For The Health Of It
Having lost her father too early to diabetes, Marla Silva of Ho’ola Lahui Hawaii strives to make Kauai a healthier place.
Marla Silva had a difficult time watching family members struggle with health issues to which many Native Hawaiians sadly succumb.
Her father, Moses K. Keale Sr., who was pure Hawaiian, was an OHA trustee for 19 years. He died in 2000 at the age of 62 from complications of diabetes.
She says, “He was in the prime of his political career, cut short because of his failing health.
“As we see it happening to people we care about, and how prevalent it is within your community, you try to figure out the ways you can help.”
Silva is program director for Ho’ola Lahui Hawaii (HLH) — a nonprofit committed to providing a myriad of medical and preventative health care services for the community, from fitness classes to substance abuse counseling. The health center targets Native Hawaiians and underserved populations, such as those with Medicaid or who are uninsured.
Responsible for managing the organization’s fitness center in Lihue, Silva has held her current position about 15 years, but began working at HLH as an outreach worker.
HLH’s chief executive officer David Peters has worked for the nonprofit almost as long as Silva has, and he also feels a strong commitment toward improving overall health in the community, as well as helping to lower the escalating costs of health care.
“We’ve made a pretty significant impact,” he says.
When HLH opened its medical clinics in Kapaa (2004) and Waimea (2001), many of the new patients hadn’t seen a doctor in decades. Today, patients have the opportunity to see health care providers, including doctors, dentists, clinical psychologists, licensed social workers who offer services on a sliding-fee scale, as often as needed. And because HLH is a federally qualified health center, medicine also is provided at a lower cost at its pharmacy in Lihue.
People from all ranges of the economic spectrum can take advantage of HLH’s various programs, although most of the clientele fall below 300 percent of the federal poverty level.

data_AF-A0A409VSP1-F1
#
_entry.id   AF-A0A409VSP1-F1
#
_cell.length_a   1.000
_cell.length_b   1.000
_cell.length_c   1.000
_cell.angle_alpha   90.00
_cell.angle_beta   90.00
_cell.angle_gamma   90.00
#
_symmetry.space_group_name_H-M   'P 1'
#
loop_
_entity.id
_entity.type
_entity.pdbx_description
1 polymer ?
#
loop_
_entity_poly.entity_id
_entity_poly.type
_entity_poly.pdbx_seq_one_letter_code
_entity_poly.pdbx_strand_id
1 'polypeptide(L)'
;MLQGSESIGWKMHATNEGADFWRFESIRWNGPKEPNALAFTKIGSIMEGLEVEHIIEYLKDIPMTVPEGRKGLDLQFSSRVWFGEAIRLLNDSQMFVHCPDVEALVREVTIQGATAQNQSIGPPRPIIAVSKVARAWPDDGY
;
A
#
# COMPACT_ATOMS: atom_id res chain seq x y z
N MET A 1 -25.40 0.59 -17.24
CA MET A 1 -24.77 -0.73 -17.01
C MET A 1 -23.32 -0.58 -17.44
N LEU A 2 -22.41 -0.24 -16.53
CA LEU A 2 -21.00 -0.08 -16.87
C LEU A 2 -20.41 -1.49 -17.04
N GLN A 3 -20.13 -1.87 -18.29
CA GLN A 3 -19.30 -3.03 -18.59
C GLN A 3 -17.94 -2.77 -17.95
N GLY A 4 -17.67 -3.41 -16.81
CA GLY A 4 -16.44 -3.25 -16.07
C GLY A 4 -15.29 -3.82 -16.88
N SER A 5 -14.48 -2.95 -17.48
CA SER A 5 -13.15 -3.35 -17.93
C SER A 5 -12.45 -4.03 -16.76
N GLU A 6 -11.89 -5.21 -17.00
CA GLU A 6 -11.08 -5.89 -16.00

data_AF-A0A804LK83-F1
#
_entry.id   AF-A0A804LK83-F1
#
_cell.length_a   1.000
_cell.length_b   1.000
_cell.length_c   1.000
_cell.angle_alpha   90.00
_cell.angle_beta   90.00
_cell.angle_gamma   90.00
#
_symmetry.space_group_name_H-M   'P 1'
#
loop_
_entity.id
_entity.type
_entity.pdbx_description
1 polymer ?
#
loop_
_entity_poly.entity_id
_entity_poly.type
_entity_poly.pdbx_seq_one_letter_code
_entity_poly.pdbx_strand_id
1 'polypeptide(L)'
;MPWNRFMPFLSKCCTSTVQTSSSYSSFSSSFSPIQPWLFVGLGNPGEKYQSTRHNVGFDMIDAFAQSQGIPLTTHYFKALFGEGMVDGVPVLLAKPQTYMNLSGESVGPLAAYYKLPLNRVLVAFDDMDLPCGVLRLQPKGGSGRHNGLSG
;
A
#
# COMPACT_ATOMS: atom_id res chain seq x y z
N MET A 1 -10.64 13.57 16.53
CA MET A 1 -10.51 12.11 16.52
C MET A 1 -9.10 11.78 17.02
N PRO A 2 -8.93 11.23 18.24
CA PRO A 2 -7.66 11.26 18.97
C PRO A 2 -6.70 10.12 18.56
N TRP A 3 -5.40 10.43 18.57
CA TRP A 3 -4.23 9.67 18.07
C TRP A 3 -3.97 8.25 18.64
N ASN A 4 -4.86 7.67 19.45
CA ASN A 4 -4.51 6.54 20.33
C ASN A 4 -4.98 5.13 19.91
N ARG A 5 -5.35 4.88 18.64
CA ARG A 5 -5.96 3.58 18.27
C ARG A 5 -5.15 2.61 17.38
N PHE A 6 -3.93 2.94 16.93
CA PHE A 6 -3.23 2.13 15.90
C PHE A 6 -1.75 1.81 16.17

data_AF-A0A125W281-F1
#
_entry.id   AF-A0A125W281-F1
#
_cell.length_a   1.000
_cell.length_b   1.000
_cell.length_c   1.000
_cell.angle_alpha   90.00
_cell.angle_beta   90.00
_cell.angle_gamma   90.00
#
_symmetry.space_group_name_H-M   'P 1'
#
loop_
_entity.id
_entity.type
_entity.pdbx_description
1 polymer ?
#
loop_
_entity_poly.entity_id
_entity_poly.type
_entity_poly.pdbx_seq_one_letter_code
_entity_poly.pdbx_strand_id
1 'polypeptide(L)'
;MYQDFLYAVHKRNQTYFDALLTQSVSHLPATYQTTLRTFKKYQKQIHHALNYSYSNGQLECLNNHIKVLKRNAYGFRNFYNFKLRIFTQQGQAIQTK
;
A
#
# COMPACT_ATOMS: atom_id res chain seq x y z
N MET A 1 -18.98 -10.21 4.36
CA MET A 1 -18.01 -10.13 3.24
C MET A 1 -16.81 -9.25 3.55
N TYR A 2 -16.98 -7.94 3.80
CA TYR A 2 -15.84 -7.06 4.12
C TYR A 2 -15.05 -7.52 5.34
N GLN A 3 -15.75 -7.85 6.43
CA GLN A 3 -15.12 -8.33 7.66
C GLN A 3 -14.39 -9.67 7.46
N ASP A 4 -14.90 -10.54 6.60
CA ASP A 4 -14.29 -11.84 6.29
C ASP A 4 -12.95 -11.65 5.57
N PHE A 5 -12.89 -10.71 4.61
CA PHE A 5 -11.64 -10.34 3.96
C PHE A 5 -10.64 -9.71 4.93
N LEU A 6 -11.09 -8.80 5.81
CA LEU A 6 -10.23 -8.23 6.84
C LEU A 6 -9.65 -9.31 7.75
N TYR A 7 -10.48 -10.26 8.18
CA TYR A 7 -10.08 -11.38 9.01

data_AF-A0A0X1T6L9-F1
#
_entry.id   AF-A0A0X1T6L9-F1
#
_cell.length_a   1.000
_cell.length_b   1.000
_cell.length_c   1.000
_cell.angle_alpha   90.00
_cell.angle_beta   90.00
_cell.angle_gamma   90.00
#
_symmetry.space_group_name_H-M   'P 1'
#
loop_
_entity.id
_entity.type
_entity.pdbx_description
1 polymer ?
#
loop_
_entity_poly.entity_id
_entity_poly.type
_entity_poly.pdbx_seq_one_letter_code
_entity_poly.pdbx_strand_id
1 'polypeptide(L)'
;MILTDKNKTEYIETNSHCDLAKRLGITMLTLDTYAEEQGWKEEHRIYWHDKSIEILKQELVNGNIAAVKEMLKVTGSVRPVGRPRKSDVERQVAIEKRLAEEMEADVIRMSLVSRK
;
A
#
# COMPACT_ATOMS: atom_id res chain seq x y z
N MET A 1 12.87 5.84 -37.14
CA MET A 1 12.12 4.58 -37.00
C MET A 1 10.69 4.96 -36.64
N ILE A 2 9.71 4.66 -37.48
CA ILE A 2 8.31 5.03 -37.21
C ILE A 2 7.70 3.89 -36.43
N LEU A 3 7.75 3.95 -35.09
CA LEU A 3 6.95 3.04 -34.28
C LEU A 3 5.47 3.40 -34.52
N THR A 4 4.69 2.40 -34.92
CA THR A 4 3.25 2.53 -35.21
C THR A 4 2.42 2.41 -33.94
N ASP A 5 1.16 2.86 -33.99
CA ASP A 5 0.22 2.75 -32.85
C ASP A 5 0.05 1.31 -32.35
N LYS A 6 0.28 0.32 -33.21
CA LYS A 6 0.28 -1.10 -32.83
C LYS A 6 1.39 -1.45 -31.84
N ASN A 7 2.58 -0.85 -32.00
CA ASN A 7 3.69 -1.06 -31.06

“It’s hard for a lot of folks who are working and really trying to make ends meet, but are not making it. That, to me, is one of the biggest challenges we have to overcome,” explains Silva. “It’s hard for people to think in a healthy light if they can’t buy the right food to eat because it costs them too much money.”
Nutritional advice and healthy cooking demonstrations are just a couple of the many ways HLH helps those in need.
“I know that we can make a difference,” adds Peters, who says he gets a “big kick” out of changes that take place within individuals because of HLH’s services.
Silva, who also enjoys seeing clients become successful in their journey to better health, is notably proud of those attending her fitness classes who initially didn’t believe in their abilities. Once they overcame their insecurities, they started completing the classes, began participating in more and enjoyed the added benefit of making friends — a social aspect to a healthy life.
An array of workout options for people at any level, including Zumba, Ripped and Yoga, are taught Monday through Saturday starting as early as 5:30 a.m. and ending as late as 5 p.m. at HLH fitness centers in Lihue, Waimea Plantation Cottages, Kapaa Neighborhood Center and Anahola Neighborhood Center.
And HLH doesn’t cater only to adults. The nonprofit, which was founded in 1986, also assists keiki in maintaining healthy lifestyles through programs such as Malama I Na Pua, which brings physical activities, like Capture the Flag, every other week to Hawaiian-speaking schools Punana Leo, Kawaikini and Ke Kula Niihau O Kekaha. HLH provides dental screenings for the kids each year, and also sends a dietitian to the schools to help teach them how to prepare healthy foods.
Silva says the number of services HLH offers now, compared to when she started working, is “mind-blowing.” Peters recalls that, when he came on board in 1998, there were 10 people on staff with a $500,000 budget.
Now, there are 60 employees with a $7 million budget. In 1992, HLH served approximately 400 people annually. Today, that number has climbed to more than 7,000.
“I love to see the community grow and get better,” says Peters.
Visit hoolalahui.org for more information.